Representatives of the major political, ethnic and religious groups of Iraq - some of them skilled politicians, some of them exile leaders coming home and others political neophytes united by their suffering under Saddam Hussein - will declare the first postwar interim government in Iraq this weekend, Western and Iraqi officials said tonight.
After eight weeks of negotiations with the American and British occupation powers, a "governing council" of between 21 and 25 members will be granted extensive executive powers. The new body of Kurds, Shiites, Sunnis, Christians and Turkmen will share responsibility for running the country under a United Nations resolution that will continue to vest Washington and London with ultimate authority until a sovereign government is elected and a new constitution ratified, the officials said.
There is no clear timetable for a transition to an elected government.
Retiring Gen. Tommy Franks capped two days of testimony before key congressional committees in which he and Defense Secretary Donald Rumsfeld offered their starkest assessments yet of the length and scope of the U.S. commitment in Iraq - a commitment the Pentagon had predicted before the war would be sharply decreasing by now.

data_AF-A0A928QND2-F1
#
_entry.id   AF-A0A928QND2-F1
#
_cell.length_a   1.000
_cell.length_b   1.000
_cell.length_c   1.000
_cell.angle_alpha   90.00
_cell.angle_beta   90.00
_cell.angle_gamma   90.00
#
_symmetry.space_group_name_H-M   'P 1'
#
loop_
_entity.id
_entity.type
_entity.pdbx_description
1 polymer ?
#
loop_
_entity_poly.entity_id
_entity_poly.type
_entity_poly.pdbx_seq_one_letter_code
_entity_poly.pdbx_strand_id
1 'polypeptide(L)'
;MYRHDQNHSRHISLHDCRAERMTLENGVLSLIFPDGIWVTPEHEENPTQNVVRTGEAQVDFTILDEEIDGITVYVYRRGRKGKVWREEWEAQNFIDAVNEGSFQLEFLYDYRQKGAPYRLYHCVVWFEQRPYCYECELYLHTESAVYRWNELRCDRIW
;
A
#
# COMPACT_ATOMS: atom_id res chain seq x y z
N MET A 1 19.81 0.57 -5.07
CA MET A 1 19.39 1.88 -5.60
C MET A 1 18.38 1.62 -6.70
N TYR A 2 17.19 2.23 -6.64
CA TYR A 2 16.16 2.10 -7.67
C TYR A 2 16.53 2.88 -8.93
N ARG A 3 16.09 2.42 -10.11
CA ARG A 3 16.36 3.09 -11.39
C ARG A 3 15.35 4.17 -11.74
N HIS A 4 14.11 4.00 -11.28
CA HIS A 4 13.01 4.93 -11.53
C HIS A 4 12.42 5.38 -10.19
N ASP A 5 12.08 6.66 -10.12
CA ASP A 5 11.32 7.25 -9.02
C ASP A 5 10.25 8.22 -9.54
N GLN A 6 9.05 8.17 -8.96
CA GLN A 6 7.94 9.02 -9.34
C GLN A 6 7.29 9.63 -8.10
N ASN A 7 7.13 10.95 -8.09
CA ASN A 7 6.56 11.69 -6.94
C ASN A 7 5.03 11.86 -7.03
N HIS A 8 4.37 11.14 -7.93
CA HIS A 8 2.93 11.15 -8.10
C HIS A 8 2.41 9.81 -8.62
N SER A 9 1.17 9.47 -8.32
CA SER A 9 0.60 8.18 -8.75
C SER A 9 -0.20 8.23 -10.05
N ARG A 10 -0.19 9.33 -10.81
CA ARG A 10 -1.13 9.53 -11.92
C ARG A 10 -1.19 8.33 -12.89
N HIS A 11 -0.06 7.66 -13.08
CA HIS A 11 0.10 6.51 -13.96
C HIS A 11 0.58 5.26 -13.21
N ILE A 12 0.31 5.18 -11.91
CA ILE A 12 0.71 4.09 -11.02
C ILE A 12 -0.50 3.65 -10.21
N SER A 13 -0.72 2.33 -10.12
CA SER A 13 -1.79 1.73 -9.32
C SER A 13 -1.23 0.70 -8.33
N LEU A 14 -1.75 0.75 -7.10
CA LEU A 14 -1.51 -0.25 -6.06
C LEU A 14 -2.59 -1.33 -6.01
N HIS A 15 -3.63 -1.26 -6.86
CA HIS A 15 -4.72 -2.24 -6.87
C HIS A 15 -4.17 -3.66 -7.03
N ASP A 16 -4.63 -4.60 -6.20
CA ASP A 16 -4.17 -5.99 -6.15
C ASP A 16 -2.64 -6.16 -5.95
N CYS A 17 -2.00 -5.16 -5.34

Franks said U.S. troops would stay in Iraq as long as it takes to allow Iraqis to create a government and take over control of the nation from a U.S.-led administrator. "I don't know whether that means two years or four years. I just don't know," Franks said before the House Armed Services Committee.
"People in my district want to know the exit strategy," said Rep. Porter Goss, R-Fla., "Getting answers from the administration is part of our job."
Critics of the administration's troop proposal rallied around [a proposal to protest American troops in Kosovo] by Rep. Tillie Fowler, R-Fla.
"It is not within our power to solve all the world's problems," she said.
The war isn't over when Saddam is gone and the major fighting stops. There is a very high probability that the world faces years of tension and uncertainty as the internal future of Iraq is decided, and as it establishes new relations with the West and the nations around it. Put differently, the hope for quick post-war stability is probably futile. So is the idea winning in Iraq will bring broader stability or "democracy" to the Gulf or Middle East.
One always dies too soon - or too late. And yet one's whole life is complete at that moment, with a line drawn neatly under it, ready for the summing up. You are - your life, and nothing else.
Best New Blog finalist - 2003 Koufax Awards
A non-violent, counter-dominant, left-liberal, possibly charismatic, quasi anarcho-libertarian Quaker's take on politics, volleyball, and other esoterica.
Lo alecha ha-m'lacha ligmor, v'lo atah ben chorin l'hibateyl mimenah.